The outer joint part 60 generally has a circumferential-shaped or semi-spherical bore therein and an outer surface. The outer joint part 60 is generally made of a steel material, however, it should be noted that any other type of metal material, hard ceramic, plastic, or composite material, etc. may also be used for the outer joint part 60. The material is required to be able to withstand the high speeds, temperatures and contact pressures required for the CVJ 50. The outer joint part 60 also includes a plurality of axially opposed ball tracks located on an inner surface thereof. The tracks generally form a spherical-shaped path within the inner surface of the outer joint part 60. The tracks are axially opposed such that one half of the ball tracks open to a side of the outer joint part 60 opposite to that of the other half of the ball tracks in any number of patterns. Optionally, for different types of CVJs, the ball tracks all may open or axially align on the same side of the outer race. Also, the ball tracks may be of a gothic or elliptical shape provided the pressure angle and conformity are maintained, or may be other shapes, as is understood by a person having skill in the art. It should be noted that in the first embodiment as shown in
The inner joint part 62 of the present embodiment generally has a circumferential shape. The inner joint part 62 is arranged within a bore of an outer joint part 60. An attachment or outer surface 67 of the inner joint part 62 includes a plurality of ball tracks that are axially opposed. The ball tracks generally have a spherical shape and are aligned with the ball tracks on the outer joint part 60 such that the axial angle will open in a similar or the same direction as the ball track directly aligned above it on the outer joint part 60. The ball tracks on the outer spherical surface of the inner joint part 62 have one half of the ball tracks axially oriented in one way while the other half of the ball tracks are axially oriented in the opposite direction. The ball tracks will open in an alternating pattern around the outer circumference of the inner joint part 62 in a matching relationship to that of the ball tracks of the outer joint part 60. It should be noted that in this embodiment the inner joint part 62 is made of steel, however, any other metal composite, hard plastic, ceramic, etc. may also be used.
The ball cage 64 generally has a ring-like appearance. The ball cage 64 is arranged within the bore of the outer joint part 60 such that it is not, in this embodiment, in contact with the inner surface of the outer joint part 60. The cage 64 has a plurality of oblong-shaped orifices or windows through a surface thereof. The number of windows may match the number of ball tracks on the outer joint part 60 and inner joint part 62 of the CVJ 50, which is eight windows therethrough in the present embodiment of the invention. The number of balls and windows may, however, differ. The cage 64 along with the inner joint part 62 are preferably made of a steel material but any other hard metal material, plastic, composite or ceramic, etc. may also be used.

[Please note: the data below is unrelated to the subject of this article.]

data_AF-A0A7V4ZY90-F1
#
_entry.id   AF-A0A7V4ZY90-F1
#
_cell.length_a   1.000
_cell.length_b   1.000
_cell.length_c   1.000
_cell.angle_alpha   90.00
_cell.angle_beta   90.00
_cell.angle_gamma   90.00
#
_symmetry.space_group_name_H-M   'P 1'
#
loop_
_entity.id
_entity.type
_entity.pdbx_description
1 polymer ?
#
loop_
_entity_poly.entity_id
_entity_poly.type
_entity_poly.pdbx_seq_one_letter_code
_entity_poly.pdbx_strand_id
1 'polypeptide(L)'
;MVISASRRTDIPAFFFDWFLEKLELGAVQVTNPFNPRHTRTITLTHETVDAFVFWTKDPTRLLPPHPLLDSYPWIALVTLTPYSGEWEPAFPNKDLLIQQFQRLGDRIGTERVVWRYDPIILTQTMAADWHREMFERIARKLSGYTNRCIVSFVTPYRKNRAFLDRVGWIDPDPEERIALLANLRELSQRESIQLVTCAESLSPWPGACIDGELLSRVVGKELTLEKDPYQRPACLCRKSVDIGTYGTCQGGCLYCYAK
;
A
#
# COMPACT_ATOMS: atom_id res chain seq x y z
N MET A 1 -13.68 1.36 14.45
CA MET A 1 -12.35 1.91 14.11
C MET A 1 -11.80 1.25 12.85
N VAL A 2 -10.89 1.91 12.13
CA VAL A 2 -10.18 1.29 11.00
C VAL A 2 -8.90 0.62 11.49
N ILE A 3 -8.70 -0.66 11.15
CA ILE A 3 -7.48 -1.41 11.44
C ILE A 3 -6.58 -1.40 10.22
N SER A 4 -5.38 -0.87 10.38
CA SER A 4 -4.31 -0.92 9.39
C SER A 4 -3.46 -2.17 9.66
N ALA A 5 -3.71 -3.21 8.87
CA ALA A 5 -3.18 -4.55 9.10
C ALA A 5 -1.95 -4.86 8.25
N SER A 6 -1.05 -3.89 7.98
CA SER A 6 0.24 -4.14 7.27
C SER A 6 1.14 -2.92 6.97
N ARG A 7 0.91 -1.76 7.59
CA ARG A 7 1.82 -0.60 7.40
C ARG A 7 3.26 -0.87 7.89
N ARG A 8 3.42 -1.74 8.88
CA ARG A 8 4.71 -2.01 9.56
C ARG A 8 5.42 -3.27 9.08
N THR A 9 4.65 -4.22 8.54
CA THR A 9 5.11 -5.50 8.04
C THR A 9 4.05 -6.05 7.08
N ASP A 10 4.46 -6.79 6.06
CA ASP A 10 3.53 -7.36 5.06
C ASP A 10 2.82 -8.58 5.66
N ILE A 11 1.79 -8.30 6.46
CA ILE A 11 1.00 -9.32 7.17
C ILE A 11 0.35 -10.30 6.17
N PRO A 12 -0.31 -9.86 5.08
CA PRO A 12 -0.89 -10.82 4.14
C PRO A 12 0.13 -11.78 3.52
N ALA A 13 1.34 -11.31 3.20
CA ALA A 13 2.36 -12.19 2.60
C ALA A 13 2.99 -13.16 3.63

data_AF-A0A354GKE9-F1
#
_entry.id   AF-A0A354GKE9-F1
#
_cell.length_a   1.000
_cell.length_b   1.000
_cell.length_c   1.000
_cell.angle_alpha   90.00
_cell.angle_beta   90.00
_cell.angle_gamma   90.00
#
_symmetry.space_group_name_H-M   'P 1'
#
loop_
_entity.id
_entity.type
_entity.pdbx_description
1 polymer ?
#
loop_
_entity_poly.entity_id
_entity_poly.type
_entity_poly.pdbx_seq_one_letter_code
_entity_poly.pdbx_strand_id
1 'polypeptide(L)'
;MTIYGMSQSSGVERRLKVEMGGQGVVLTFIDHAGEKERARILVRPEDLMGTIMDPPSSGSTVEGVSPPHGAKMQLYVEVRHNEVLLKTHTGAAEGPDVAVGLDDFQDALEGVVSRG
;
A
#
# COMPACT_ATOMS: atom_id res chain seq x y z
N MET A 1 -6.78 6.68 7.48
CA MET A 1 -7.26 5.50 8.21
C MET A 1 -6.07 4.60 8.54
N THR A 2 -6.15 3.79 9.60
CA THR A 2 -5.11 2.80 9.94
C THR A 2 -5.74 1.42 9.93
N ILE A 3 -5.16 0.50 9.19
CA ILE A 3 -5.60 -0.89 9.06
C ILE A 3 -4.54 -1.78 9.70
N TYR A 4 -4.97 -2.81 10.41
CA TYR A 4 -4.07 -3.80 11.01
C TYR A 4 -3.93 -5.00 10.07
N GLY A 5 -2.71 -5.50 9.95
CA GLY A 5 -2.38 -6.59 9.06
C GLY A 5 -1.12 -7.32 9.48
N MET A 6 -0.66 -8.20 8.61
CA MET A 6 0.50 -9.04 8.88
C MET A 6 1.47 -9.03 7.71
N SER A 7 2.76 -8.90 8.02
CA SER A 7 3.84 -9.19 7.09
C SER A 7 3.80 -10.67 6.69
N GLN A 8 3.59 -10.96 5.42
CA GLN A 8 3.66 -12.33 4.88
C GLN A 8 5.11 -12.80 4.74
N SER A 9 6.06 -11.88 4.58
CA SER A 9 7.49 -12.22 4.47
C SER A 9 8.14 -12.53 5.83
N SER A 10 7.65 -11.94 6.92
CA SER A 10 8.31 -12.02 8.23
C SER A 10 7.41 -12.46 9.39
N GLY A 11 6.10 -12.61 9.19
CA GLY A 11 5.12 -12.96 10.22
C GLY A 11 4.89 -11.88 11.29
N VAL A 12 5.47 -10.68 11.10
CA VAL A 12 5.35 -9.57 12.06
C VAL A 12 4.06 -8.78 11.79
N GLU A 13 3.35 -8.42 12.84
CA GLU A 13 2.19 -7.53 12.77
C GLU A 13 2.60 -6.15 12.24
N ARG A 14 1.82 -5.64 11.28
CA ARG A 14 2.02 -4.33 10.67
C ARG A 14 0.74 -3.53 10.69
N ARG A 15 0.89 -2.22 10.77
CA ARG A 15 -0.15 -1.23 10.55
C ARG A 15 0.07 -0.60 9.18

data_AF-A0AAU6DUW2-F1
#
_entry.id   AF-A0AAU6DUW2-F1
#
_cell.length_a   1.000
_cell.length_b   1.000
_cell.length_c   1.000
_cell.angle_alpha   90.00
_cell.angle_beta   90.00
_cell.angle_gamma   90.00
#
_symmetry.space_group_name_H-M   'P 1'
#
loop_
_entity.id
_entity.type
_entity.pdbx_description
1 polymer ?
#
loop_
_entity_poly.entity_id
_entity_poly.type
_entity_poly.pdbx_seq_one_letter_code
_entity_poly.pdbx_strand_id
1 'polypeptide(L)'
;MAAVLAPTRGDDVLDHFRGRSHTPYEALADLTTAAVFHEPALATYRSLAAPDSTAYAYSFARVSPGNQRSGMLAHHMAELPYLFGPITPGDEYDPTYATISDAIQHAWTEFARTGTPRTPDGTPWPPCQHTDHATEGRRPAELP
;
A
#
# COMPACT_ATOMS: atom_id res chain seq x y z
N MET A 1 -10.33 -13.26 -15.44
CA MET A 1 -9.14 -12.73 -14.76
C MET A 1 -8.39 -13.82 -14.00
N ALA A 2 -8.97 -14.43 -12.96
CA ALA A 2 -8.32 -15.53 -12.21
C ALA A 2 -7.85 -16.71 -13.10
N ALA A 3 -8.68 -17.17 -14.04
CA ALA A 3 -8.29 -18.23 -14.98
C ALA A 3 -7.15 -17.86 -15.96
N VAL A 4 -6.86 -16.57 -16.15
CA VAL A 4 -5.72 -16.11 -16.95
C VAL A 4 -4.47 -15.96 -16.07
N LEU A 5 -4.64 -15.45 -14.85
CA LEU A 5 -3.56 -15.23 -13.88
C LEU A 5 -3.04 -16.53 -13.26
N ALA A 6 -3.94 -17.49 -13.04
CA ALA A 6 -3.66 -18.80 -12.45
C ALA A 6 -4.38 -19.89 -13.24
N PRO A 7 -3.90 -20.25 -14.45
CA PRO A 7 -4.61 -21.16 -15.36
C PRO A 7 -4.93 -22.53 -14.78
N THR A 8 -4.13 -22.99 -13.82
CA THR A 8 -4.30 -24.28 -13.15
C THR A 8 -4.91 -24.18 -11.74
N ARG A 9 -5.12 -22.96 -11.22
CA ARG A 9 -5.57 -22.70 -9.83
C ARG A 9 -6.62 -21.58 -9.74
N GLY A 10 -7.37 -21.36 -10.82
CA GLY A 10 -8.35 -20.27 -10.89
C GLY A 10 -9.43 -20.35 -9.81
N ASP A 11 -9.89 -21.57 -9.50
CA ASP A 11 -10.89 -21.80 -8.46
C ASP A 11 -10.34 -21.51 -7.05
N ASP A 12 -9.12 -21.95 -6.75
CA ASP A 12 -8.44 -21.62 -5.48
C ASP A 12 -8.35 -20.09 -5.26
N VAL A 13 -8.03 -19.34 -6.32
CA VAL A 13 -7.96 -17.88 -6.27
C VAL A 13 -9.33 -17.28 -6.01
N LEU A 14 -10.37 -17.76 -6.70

The constant velocity joint 50 includes a plurality of balls 63. The balls 63 are each arranged within one or more windows of the cage 64 and within a ball track of the outer joint part 60 and of the inner joint part 62, respectively. More than one ball may be arranged within each of the windows or there may be no balls within a window. Therefore, the balls 63 will be capable of rolling in the axially opposed tracks aligned in the same direction.
The CVJ 50 may include a grease cap or barrier 57. The barrier is generally made of a metal material, however, any plastic, rubber, ceramic or composite material may also be used. The barrier is press fit or integrally constructed between the outer joint part 60 and the propeller shaft or between the inner joint part 62 and a journal shaft 52. However, any other securing method known may also be used such as fasteners, bonding, etc. The barrier will insure the grease, which is used as a lubricant, will remain within the CVJ 50. Optionally, a vent port 59 may be placed through the barrier or the outer joint part 60 to relieve, any internal pressure within the CVJ 50, and the vent port may include a valve.
The boot assembly 70 includes a boot cover or shroud 72 and a reversed internal radius diaphragm or rolling radial boot 74 that rolls outwardly from an attached CVJ 50. The boot assembly 70 is connected to a CVJ 50 for providing a protective barrier for the internal parts and lubrication retention therein. It is recognized that other types of boot assemblies would also be suitable for providing the protective barrier.
The boot 74 includes a compression section 80 at one end and an attachment section 82 at the other end. The first section 80 of the boot 74 is connected directly to the outer joint part 60 and further retained thereto by the shroud 72. Optionally, the first section 80 of the boot 74 is attached to the shroud 72, thereby being connectable, directly or indirectly, to the outer joint part 60. The second section 82 of the boot 74 is connected to an attachment surface 67 of an inner joint part 62 by resilient retention of the boot material, or by an optional retaining band or other fastener 76, and completes a sealed environment in the CVJ 50. The boot 74 may also include a compression lip 81 annularly extending around the first section 80 of the boot 74 to enhance the seal between the boot assembly 70 and the outer joint part 60.
The boot 74 may comprise any suitable material that is sufficiently flexible to allow the CVJ 50 to operate through a wide range of angles. Suitable materials include thermoplastic, rubber, silicone, plastic material and urethane, etc. Thermoplastic, rubber and silicone also provide good sealing properties for the boot 74.